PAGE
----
Last year, his close friend Lloyd called CAPS after Daniel Milzman, a then-College sophomore in the Class of 2016 admitted to him that he had manufactured ricin, which he brought to Lloyd’s room. CAPS failed to respond to Lloyd’s call for over an hour, and during that time, Lloyd called Rosenberger for advice.
“In terms of CAPS, no candidate has had a horror story like me,” Rosenberger said. “Nobody else has been called by a friend who has a biotoxin in their room.”
In their platform, Rosenberger and Varghese propose expanding the size of the CAPS office, hiring additional staff for longer-term therapy and prescribing privileges for anti-depressants. CAPS Director Phil Meilman said that, following this incident, the program is working with students like Rosenberger to improve their services.
“We are presently working with a dedicated group of students on strengthening our outreach, more clearly defining on our website the services we offer, and considering new issues and ventures that the students have suggested,” Meilman wrote in an email.
Rosenberger and Varghese are looking to expand a number of programs such as the GU Farmers’ Market, which they say should have expanded seasonal availability given its popularity on campus. Rosenberger and Varghese said they want to bolster Georgetown’s Collegiate Readership Program, as well.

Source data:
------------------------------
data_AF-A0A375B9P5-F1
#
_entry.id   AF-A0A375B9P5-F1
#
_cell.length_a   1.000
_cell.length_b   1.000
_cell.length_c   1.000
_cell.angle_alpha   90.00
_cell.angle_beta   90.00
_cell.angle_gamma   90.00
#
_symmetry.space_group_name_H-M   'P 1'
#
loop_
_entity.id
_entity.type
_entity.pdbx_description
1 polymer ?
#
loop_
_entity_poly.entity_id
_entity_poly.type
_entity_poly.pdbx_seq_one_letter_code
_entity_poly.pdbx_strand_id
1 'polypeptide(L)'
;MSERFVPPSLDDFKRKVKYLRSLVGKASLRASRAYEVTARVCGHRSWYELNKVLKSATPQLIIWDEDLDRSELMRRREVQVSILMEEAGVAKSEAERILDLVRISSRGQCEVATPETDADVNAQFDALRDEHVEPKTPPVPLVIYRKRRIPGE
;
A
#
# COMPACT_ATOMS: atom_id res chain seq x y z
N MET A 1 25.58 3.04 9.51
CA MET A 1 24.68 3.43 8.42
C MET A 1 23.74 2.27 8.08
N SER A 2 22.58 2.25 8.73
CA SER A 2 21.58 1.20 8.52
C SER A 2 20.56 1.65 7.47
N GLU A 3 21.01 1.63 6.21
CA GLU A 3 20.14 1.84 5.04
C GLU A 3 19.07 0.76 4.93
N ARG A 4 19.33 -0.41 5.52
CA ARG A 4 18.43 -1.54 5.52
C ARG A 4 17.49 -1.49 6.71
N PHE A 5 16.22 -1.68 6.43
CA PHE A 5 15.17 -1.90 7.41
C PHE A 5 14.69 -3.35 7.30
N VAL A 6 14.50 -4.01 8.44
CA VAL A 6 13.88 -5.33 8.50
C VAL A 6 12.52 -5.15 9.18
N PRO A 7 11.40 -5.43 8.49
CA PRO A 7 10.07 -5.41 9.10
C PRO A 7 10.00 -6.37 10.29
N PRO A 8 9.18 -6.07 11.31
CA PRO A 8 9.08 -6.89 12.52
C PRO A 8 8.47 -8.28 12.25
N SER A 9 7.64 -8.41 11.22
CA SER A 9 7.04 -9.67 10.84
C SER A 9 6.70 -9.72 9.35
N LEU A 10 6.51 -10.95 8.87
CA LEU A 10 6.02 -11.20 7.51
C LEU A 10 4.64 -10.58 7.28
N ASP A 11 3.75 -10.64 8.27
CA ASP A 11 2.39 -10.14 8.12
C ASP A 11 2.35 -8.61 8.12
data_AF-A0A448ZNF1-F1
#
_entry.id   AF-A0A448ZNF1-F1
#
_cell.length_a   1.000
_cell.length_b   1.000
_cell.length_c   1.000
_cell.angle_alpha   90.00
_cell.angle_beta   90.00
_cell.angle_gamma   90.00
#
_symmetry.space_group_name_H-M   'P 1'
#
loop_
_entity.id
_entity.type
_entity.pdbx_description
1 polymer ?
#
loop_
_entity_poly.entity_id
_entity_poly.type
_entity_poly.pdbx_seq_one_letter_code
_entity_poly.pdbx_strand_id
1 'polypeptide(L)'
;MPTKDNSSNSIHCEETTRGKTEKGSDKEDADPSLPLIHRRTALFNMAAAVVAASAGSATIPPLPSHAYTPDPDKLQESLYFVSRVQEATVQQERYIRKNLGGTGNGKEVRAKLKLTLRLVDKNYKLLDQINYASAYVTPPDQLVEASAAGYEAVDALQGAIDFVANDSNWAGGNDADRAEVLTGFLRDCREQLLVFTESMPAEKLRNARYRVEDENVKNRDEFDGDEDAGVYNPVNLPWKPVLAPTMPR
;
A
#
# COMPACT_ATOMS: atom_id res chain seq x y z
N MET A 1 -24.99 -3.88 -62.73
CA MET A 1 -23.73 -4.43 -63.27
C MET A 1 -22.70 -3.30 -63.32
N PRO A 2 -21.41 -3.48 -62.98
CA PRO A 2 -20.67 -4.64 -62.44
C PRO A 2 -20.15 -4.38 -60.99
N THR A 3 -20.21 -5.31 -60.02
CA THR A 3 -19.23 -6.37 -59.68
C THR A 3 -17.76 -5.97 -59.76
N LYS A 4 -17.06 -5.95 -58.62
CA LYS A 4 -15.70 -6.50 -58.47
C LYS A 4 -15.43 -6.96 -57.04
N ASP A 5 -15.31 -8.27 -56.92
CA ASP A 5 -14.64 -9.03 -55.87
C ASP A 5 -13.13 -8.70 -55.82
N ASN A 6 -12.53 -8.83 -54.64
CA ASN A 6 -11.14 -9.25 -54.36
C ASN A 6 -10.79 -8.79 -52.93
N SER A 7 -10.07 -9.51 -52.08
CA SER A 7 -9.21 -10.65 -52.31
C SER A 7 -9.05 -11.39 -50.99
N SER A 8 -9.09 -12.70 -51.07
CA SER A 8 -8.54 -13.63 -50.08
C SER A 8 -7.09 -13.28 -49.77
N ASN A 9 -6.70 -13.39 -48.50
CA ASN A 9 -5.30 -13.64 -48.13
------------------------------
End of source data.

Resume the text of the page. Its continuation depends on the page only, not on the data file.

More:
“[We want to] see if we can add to the Colleg[iate] Readership program, by adding the Wall Street Journal, the Economist and Barron’s, as well as perhaps shift some of the paper distribution online for sustainability purposes as well as to save money,” Rosenberger said.
In fact, the print readership program, which provided copies of USA Today, the Washington Post and the New York Times, was cut by the current GUSA executive team in March to preserve its budget. Currently, GUSA provides students with online subscriptions to the New York Times, a service that began in September.
Rosenberger also said he wants to build on the freshman-oriented What’s a Hoya? program with an increased budget, more executive support and the inclusion of sophomores and transfer students.
What’s a Hoya? coordinator Megan Murday (SFS ’15) said that these changes would benefit the program and enable it to better serve the student body.
“It’s a good time for the future of the program when the GUSA executive tickets are talking about it,” Murday said. “A solid relationship with the GUSA executive is paramount to the success of the program and I’m happy to see them paying attention to it.”
Rosenberger and Varghese have also proposed appointing an unrecognized student group adviser to the Council Advisory Board, a move that would allow groups like H*yas for Choice and sororities and fraternities to have more representation.
Rosenberger said that he believes he and Varghese can fix the most pressing problems facing Georgetown.
“The university, for all of its faults, does a decent job of trying to address issues. They just don’t do it very well,” Rosenberger said. “Reno and I have shown in the past, through our work on campus, that we really get these issues and can work to change them.”